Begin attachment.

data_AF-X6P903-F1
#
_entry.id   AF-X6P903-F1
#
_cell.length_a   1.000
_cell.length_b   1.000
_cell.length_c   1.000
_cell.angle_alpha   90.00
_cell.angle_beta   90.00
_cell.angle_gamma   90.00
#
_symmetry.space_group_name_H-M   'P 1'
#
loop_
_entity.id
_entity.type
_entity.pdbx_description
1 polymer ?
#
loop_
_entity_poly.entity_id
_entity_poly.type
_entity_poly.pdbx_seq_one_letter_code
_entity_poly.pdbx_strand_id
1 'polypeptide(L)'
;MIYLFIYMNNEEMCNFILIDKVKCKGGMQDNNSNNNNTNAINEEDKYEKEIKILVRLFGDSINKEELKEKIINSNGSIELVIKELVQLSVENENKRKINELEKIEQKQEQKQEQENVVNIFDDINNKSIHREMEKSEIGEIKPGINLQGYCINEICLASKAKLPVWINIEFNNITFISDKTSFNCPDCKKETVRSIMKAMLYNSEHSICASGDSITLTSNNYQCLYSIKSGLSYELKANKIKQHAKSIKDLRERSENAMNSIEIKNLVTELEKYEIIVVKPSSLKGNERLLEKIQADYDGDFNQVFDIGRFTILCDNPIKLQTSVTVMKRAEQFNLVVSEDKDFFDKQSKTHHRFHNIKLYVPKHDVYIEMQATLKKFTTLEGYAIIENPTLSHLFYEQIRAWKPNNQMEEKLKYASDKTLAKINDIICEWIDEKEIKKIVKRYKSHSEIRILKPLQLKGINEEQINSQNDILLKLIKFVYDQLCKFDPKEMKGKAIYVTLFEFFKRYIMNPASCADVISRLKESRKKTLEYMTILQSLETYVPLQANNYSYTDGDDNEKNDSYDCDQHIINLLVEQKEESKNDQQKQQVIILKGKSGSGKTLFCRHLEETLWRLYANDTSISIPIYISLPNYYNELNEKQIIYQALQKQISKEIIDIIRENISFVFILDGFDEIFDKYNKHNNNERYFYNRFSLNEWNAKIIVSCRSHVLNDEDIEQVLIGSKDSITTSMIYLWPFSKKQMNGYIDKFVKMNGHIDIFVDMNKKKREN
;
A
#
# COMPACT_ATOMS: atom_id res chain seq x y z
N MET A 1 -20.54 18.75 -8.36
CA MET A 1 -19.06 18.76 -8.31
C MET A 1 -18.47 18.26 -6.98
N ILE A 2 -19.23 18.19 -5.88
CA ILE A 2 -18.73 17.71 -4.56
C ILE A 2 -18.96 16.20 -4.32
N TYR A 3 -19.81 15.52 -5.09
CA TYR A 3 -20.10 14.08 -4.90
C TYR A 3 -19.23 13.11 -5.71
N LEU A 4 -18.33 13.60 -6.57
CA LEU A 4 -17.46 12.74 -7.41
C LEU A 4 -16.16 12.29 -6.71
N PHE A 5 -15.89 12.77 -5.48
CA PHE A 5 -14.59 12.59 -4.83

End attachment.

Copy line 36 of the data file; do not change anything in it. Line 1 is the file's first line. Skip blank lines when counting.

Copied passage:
C ILE A 2 -18.96 16.20 -4.32